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I am reading and following along the appendices of "The Physical Principles Of The Quantum Theory", and trying to learn how he derives Schrödinger's Equation from his Matrix Mechanics, but I have run into a bit of trouble. It seems like for his derivation to work, it must be necessary for the integral of a function times the Dirac Delta Function's derivative be: $$\int^{\infty}_{-\infty}f(\xi)\delta'(a-\xi)d\xi=f'(a). \tag{36}$$ But the actual identity is $$\int^{\infty}_{-\infty}f(\xi)\delta'(\xi-a)d\xi=-f'(a).$$ Does anybody care to explain why it is like this in Heisenberg's book, or provide a derivation along the same vein, but with the correct identity for the delta function?

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It’s not a typo. The distribution $\delta’$ is odd meaning $\delta’(y-x)=-\delta’(x-y)$.

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    $\begingroup$ Wait, so both $f(a)$ and $-f(a)$ are valid answers to $$\int^{\infty}_{-\infty}f(\xi)\delta'(a-\xi)d\xi?$$ Because through integration my parts I obtain $-f(a)$. $\endgroup$ Jul 27 '18 at 15:46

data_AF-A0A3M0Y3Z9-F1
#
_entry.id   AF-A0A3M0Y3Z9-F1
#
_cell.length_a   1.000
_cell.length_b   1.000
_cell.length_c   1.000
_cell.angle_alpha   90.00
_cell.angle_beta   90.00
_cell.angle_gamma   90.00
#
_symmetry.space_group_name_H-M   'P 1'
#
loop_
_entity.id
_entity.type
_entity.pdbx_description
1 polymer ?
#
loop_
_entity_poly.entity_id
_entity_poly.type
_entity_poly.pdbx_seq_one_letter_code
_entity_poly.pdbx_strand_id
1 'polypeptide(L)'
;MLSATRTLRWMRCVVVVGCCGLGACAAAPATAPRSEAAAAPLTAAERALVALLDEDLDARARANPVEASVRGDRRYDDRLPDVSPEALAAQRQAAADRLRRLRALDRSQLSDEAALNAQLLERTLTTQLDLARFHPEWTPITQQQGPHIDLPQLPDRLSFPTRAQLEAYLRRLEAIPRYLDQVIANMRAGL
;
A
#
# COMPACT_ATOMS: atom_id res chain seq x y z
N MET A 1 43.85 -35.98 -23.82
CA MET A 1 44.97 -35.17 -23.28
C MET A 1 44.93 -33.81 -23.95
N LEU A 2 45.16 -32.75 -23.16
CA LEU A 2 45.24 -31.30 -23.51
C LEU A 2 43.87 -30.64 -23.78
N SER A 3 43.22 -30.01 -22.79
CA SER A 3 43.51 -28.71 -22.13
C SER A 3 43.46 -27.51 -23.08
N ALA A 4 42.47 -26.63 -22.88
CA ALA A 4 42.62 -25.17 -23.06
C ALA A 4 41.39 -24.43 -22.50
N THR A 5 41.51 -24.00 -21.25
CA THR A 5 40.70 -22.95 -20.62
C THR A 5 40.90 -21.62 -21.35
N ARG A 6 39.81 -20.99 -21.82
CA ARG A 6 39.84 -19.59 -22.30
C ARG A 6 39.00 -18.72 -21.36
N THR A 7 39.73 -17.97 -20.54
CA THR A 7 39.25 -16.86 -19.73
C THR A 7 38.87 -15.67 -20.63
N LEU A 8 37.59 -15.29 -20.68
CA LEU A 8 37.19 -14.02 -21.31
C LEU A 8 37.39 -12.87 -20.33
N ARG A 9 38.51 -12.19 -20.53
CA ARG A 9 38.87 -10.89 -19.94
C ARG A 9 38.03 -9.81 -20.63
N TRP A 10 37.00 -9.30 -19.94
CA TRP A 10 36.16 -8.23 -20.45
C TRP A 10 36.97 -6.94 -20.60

• $\begingroup$ No. You can shift the variable to $x=\xi-a$ if it makes it easier to see. After using $\delta'(a-\xi)=\delta'(\xi-a)$Your first equation then becomes $$-\int_{-\infty}^{\infty} dx \ f(x+a) \delta'(x)= f'(a)$$ $\endgroup$ Jul 27 '18 at 15:57
  • $\begingroup$ Where $\delta'$ has the property $$\int_{-\infty}^{\infty}dx\ F(x) \delta'(x) = - F'(0)$$ Here you just have $F(x)=-f(x+a)$ $\endgroup$ Jul 27 '18 at 15:58
  • $\begingroup$ I meant $\delta'(a-\xi)=-\delta'(\xi-a)$ in the above. For some reason I can't edit what I wrote. $\endgroup$ Jul 27 '18 at 16:07
  • $\begingroup$ I just realized I made a mistake. I meant to write $$\int^{\infty}_{-\infty}f(\xi)\delta(a-\xi)d\xi$$ for the second equation. Is it too lste to edit ot or should I just delete the question and start anew and correct? $\endgroup$ Jul 28 '18 at 3:52
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enter image description here The Dirac $\;\delta\;$ function is even. This is more clear looking it as limit of proper functions.


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While its 1rst derivative is an odd function.

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